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Music

“Music is…A higher revelation than all Wisdom and Philosophy”- Ludwig van Beethoven

Queen Elizabeth’s Girls’ School is fortunate enough to host an unprecedented amount of exceptional musical talent. Many girls play an instrument or sing at a level that is far beyond their years.

The music department feature staff that have worked not only as teachers, but also as professional musicians and are well equipped to nurture the wonderful talent that is so prevalent at the school and also foster and encourage new talent.

Music is taught formally in the classroom and also in the more formal extracurricular Orchestra and Choir. Less formal extracurricular groups also provide additional opportunities for students, such as the Rock Band, Jazz Band and String Quartet. Students are also encouraged to establish their own ensembles and take responsibility for rehearsing them in one of the well- equipped rooms within the music department at lunch times or after school.

The school covers the curriculum in a broad and creative manner through constant incorporation of the key musical processes of listening and appraising, composing and performing. These processes are applied through teaching instrumental techniques, working with varied musical genres and learning to play a wide variety of pieces of music both as individuals and ensembles.

The school has several important musical events in the calendar. These are Remembrance Day, the Christmas Concert, Commemoration Day, and the Summer Concert. These concerts provide an opportunity for all students to showcase their talent in front of an audience and gain a flavour of what it means to be a professional musician. In addition to the school concerts, ensembles are afforded opportunity perform in the community at local lunch clubs and charity events.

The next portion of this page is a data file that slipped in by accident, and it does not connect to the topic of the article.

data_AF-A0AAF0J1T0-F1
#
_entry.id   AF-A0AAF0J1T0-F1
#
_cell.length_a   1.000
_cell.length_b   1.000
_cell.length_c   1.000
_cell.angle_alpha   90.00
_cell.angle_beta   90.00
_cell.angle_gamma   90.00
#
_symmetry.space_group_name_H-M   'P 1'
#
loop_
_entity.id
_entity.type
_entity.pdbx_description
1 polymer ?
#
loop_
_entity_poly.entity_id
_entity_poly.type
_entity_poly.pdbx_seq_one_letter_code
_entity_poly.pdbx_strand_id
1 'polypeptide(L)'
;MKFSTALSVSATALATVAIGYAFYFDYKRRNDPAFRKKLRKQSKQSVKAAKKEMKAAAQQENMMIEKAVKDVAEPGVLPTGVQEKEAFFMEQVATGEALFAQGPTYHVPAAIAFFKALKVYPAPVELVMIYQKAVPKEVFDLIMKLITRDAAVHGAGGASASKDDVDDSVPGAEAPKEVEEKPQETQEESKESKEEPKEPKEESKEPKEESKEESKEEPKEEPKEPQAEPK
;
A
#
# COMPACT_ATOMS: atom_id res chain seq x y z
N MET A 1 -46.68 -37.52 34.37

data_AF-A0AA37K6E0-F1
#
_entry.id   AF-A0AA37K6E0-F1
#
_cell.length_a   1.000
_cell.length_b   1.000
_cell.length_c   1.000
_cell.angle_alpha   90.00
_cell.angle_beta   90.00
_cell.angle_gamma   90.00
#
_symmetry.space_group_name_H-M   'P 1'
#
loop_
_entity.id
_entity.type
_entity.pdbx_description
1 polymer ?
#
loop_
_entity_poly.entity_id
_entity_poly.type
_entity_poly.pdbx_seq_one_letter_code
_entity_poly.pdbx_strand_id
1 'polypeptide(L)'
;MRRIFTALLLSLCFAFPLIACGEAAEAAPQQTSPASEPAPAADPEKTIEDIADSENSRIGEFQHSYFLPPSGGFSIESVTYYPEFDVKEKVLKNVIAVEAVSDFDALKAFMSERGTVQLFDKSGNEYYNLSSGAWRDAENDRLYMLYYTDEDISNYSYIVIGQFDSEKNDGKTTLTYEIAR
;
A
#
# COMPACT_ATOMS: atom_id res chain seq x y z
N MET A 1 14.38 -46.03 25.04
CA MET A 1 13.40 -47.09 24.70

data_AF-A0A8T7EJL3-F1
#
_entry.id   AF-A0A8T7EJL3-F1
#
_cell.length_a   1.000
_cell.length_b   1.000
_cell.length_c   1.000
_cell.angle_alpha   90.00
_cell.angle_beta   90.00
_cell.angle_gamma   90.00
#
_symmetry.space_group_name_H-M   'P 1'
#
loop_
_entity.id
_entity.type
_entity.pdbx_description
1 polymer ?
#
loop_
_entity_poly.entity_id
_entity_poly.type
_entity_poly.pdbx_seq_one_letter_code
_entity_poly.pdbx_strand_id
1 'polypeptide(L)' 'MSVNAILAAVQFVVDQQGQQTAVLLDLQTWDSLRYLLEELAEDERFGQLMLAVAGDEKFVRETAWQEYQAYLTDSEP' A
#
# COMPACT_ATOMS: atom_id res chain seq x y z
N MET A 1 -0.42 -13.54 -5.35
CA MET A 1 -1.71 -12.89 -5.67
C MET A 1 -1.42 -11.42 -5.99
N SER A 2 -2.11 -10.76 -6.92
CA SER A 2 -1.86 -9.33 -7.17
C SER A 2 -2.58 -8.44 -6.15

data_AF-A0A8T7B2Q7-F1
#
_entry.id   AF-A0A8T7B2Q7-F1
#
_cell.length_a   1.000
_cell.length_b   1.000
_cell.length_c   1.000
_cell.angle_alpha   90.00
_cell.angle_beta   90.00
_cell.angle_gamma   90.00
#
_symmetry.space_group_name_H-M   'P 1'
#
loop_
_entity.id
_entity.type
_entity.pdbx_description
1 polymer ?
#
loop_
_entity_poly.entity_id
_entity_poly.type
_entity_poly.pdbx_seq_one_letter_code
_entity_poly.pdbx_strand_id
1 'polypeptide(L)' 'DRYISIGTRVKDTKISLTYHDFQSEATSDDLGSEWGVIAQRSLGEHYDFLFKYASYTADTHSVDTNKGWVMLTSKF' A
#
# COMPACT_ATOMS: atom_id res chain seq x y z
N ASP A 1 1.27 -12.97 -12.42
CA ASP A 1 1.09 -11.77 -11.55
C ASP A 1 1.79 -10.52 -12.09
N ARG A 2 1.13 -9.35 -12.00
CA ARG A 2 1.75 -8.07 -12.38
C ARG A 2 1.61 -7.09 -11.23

Key Stage 3

At key stage 3, the music department aims to harness and nurture natural talent by providing a broad but very well considered curriculum. Students will finish their key stage 3 studies as a seasoned musician and have the knowledge and skills to continue music in their own time and/or, for the most gifted, progress to GCSE and subsequently A Level courses.

Year 7
Students are provided with technical skills in order for them to play a variety of instruments. Teaching technical skills is essential, as it provides a vehicle for conveying musical ideas. Students learn keyboard, guitar, drum kit, recorder and vocal skills. Learning the skills involves playing, composing and appraising many different pieces of music of classical, popular and world music origin.

Year 8
Students are already equipped with basic instrumental skills, which they will further develop. The main focus at Year 8 is exploration of varied genres of music, taking the established musical techniques and using these to learn to play, compose and appraise Blues, African, Indian, Samba, Pop and Classical pieces of  music as individuals, and part of small ensembles.

Year 9
Students will have had exposure to many different styles of music and be adept at playing one or more instruments. The focus of the studies at Year 9 is to improve the technical and musical quality of performances and compositions. This is achieved by focussing on one piece of music for several weeks in order to ensure that it is performed very well and any appraisal that follows the performance is very detailed, focussing on areas for development. Students will specialise on one particular musical instrument and learn to play pieces of Classical, Popular and World origin. The detailed focus on particular pieces of music for a sustained period of time prepares students for the GCSE course, where attention to detail within performance, appraisal and composition fields is paramount.